London: MacGibbon & Kee, 1958. First Edition. Hardcover. First Printing of this unusually scarce working-class novel by one of the "most important practitioners of the socialist novel in Britain." (Bounds, Orwell and Marxism) Crown 8vo (195 x 127mm): 352pp. Publisher's lime-green cloth, spine lettered in black; evocative dust jacket design by Gerard Dillon, priced 18s. An excellent example, tightly bound and clean throughout, about Fine. Fine- / Fine-. Item #BB2307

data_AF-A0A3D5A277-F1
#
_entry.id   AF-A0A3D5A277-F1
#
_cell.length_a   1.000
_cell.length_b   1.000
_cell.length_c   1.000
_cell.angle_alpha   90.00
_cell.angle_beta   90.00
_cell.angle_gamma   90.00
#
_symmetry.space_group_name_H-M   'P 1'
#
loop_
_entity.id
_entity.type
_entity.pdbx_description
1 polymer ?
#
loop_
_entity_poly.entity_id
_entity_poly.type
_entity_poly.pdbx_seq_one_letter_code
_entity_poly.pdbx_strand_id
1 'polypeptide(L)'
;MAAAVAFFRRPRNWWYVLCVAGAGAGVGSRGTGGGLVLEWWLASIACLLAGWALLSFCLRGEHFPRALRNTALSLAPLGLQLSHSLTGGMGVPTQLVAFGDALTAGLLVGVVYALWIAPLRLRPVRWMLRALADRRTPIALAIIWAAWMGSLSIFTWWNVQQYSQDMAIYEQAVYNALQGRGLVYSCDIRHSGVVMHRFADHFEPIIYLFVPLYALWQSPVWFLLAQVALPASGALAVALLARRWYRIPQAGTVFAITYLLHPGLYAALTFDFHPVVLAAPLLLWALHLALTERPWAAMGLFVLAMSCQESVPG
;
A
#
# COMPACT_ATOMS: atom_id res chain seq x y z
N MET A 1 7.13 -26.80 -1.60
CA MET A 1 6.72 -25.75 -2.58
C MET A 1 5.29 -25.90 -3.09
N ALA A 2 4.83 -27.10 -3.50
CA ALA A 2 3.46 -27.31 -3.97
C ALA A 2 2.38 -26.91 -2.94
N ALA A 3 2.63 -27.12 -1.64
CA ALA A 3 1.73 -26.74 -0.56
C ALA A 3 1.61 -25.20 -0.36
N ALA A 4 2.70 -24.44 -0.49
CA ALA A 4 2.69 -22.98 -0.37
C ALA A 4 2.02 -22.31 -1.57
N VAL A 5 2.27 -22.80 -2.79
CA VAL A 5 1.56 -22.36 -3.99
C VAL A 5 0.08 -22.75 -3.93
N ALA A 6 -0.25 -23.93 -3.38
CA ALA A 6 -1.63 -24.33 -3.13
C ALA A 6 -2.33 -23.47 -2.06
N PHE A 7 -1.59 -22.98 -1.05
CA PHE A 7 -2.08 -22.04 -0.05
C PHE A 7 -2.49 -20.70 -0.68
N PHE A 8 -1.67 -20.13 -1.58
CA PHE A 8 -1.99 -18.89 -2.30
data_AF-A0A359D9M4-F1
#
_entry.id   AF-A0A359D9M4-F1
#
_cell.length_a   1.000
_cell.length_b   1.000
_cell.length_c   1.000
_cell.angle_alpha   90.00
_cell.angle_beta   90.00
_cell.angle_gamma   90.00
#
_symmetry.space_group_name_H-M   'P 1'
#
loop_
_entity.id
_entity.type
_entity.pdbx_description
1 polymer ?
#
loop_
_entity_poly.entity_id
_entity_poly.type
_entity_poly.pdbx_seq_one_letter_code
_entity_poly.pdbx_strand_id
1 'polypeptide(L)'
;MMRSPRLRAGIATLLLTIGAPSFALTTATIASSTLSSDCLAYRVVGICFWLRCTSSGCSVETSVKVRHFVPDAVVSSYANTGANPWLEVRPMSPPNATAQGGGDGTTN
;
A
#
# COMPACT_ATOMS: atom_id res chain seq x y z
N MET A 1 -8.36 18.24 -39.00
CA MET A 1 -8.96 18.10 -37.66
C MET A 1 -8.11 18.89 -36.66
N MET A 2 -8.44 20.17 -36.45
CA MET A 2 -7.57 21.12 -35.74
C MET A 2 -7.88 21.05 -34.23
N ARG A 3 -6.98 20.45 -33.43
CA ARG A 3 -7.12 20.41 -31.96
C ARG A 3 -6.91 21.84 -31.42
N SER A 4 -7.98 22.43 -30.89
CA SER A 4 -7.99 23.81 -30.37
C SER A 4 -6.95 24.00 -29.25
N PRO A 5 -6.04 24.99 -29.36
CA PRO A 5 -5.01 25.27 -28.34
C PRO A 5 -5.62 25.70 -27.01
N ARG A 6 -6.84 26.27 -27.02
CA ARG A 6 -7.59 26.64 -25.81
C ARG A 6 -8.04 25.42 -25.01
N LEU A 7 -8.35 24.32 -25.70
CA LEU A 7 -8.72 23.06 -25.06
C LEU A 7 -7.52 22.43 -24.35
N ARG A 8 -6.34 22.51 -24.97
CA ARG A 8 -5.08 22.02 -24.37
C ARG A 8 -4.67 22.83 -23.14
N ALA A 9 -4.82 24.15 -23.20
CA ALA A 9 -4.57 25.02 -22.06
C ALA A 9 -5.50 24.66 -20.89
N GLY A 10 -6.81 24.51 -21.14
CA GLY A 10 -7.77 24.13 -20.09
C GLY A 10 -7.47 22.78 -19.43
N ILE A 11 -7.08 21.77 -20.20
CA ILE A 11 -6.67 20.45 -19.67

The Spectator (3 October 1958) described this, Doherty's third and final novel, as a "straight, self-projecting account of a Bevin boy's first couple of years as a miner: the new digs, the progression through various jobs to work at the coal-face, evenings breaking up dance halls with the gang, boxing in a local contest, arguing with Communists, looking for a girl" and praised its "hard and honest" writing and the way in which Doherty "describes action with unusual skill." Len Doherty was a British miner, journalist and writer. His first two novels were brought out by the left-wing publisher Lawrence and Wishart. Doherty was named Provincial Journalist of the Year in 1969, and in February, 1970, he was injured in a terrorist attack by the PDFLP at Munich airport while returning on an El Al flight from Israel. He took his life in 1983. N. B. With few exceptions (always identified), we only stock books in exceptional condition, with dust jackets carefully preserved in archival, removable mylar sleeves. All orders are packaged with care and posted promptly. Satisfaction guaranteed. (Fine Editions Ltd is a member of the Independent Online Booksellers Association, and we subscribe to its codes of ethics.).